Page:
After getting the pickguard all wired, I used solderless connectors to create connections to the output jack and to the bridge/string ground on the vibrato spring claw. I ran a short length of wire off the pickguard electronics and then I ran a short length off the output jack for the hot and the ground and a third from the claw.

The raison d'être is to allow him to switch completely wired pickguard assemblies with different pickups without having to solder. The connectors I used are the type used in automotive applications that make a good, secure contact and are not prone to corrosion or anything else that would spoil the connection. I plan on taking from the abundance of assorted single coil pickups and pots I have in my booger box and creating him another more traditional Strat sound pickguard from the old one that SS was born with.

The wires I used from the output jack are color coded. The black is the hot, the white is the ground and the clear is the claw ground. The pickguard wiring matches this scheme, so there is no question as to which connector goes to which connector when he decides to switch. I also included an Orange Drop Type tone capacitor, as opposed to the U&C ceramic as these do enhance the tonal properties a bit in my experience. Will it make a difference here? I don’t know, but it certainly cannot hurt.

So with the wires all connected, the pickguard got screwed down. Then the 13 gauge strings went on and stretched. Once I tuned it to the desired B to B, I made sure the truss rod was adjusted to render a flat fingerboard. I began fine tuning the nut. Because I had measured the old one and sanded down the new one to the same exterior dimensions, all I had to do was open up the slots a bit wider and file them deeper to approximate the radius of the fretboard and applied the right amount of clearance at the first fret (as measured with a feeler gauge) with a capo on the second.

Once the nut was in good shape, I re-tensioned the strings to full tension, adjusted the truss rod for the correct amount of back bow for the owner's style of playing and then tightened down the vibrato claw screws just a bit to make for a bridge that was neither raised or lowered with respect to the top of the body.

The next step is to check the bridge height and adjust to the radius of the fretboard also. Once this was done, the next step is to retune at the desired tuning and pitch. Then on each string, a fretted note is played at the 12th fret. It should match the note of the open string on an accurate electronic tuner. Strobe tuners used to be the standard for setting the intonation, but the one built into my Avid 11 rack is more than adequate.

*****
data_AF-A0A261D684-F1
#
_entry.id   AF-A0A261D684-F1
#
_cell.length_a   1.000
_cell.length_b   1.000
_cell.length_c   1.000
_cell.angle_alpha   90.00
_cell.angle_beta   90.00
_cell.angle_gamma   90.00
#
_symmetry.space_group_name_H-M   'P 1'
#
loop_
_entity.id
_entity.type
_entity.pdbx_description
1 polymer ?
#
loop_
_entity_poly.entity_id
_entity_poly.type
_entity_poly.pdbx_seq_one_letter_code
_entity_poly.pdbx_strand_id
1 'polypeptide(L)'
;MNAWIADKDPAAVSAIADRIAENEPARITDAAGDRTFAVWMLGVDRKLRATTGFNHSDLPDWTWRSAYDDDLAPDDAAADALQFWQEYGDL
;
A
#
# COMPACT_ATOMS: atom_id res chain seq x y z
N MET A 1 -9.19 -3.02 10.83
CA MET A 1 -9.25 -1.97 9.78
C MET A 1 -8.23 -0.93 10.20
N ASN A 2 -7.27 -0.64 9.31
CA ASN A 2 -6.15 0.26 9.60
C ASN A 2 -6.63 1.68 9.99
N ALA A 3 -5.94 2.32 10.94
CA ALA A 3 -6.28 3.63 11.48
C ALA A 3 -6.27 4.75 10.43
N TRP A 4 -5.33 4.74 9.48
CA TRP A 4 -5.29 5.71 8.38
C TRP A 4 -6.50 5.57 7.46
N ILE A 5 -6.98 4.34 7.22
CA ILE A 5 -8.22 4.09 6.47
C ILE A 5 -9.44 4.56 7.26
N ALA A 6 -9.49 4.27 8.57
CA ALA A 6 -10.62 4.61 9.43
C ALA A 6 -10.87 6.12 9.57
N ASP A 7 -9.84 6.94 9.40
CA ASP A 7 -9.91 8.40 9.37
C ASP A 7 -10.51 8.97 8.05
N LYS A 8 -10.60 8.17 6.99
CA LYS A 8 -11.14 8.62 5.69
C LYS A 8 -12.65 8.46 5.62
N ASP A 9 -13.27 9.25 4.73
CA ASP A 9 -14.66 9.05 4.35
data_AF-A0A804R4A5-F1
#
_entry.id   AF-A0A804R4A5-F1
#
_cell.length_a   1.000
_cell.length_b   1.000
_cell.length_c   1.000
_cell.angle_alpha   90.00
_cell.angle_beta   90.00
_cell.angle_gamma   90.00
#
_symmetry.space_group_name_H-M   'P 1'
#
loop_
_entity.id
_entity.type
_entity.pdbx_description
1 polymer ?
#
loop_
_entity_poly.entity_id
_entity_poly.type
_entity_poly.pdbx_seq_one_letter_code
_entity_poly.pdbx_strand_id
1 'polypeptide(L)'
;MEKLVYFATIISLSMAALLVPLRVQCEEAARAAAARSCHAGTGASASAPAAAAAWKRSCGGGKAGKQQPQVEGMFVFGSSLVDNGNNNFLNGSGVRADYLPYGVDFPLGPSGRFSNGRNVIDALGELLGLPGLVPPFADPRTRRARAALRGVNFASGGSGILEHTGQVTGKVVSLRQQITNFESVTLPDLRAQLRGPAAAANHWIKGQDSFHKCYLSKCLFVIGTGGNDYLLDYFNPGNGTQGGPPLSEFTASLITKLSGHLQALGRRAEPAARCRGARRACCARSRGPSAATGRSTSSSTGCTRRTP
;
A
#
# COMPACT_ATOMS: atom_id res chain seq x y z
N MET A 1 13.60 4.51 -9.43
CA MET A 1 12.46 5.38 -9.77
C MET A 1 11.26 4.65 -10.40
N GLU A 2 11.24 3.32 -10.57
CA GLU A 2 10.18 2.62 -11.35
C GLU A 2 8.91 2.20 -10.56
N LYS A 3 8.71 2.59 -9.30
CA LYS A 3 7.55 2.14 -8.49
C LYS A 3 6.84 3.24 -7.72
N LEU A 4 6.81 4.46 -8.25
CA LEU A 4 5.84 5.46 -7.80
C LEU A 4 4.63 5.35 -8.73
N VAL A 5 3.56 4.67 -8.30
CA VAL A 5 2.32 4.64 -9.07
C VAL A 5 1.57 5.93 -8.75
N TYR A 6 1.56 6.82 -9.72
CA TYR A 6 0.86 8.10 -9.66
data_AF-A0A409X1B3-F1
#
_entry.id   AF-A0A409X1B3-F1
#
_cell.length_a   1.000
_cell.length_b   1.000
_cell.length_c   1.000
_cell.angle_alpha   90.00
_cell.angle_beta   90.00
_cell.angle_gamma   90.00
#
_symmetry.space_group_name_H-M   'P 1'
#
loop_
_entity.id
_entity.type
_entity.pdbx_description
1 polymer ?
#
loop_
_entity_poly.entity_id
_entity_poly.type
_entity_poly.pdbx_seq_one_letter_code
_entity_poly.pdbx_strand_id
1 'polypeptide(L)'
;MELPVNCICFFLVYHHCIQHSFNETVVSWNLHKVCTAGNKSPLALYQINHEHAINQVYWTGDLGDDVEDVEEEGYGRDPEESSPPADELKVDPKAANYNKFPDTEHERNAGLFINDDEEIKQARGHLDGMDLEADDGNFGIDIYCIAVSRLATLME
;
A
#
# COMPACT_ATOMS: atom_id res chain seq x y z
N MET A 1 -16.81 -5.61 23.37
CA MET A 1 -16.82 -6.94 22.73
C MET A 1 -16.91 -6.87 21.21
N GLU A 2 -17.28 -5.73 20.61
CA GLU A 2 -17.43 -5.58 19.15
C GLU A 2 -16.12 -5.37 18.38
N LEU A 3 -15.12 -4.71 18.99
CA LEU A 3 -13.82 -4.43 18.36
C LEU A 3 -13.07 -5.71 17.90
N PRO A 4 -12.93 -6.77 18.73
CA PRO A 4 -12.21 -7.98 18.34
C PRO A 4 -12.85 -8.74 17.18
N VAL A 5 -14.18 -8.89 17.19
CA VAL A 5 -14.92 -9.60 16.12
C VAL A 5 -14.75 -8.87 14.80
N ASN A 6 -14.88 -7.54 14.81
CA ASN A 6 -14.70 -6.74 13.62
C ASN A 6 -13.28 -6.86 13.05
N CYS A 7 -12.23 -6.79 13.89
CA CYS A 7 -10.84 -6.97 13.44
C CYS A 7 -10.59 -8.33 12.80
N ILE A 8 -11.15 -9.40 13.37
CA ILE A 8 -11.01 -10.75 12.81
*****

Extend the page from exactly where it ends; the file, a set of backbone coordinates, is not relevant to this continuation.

Then the 12th fret harmonic is played. If the note is sharp, then the saddle position screw must be turned to move the saddle away from the nut. If the harmonic note is flat, the saddle screw must be turned to move the saddle closer to the nut. After each saddle adjustment, retune the string to the desired note and repeat. When the 12th fret, fretted note and harmonic agree, one moves on to the next string. When the process is done, retune all the strings again and again until they are in tune. I say again and again, because that is the drill with a floating bridge setup. One must have patience.

I then plugged it in and checked it out on clean and dirty settings. There is a minor issue with the middle pickup due to the dubious nature of the pots (this may not make sense to the seasoned modder, but please take my word for it as it’s a long explanation and has to do with the grounding “convenience” tabs that may not actually ground that well and where I wired the ground for that pickup) that I will not purchase again.

The owner is not upset as the guitar works and never uses the middle, but I know SS wants it addressed, so when I open the instrument up to make for the coil splitting, I'll be replacing this disappointing brand of parts with CIS, Alpha or Bourns and a set of Switchcraft micro switches so as to make SS happy and his owner happy.

Normally I would have made the necessary changes before returning the instrument, but the owner was wanting SS back as he missed playing SS and as SS is in eminently better shape than when he came under my care, the situation was more than acceptable.

The take home message here is that sometimes when unknown brands (as in unknown to me as from previous utilization) of parts are utilized, sometimes they do not perform as planned. Yet one must experiment with the unknown and not be totally risk averse either, or nothing new is ever learned and nothing of potential greater use is discovered.

I have the replacement parts to remedy the unfinished business on order and when SS and his owner are ready for the next much more minor surgery, I'll be re ready to operate; hopefully this includes a new paint job as well.

-Kirk Bolas - MU Columnist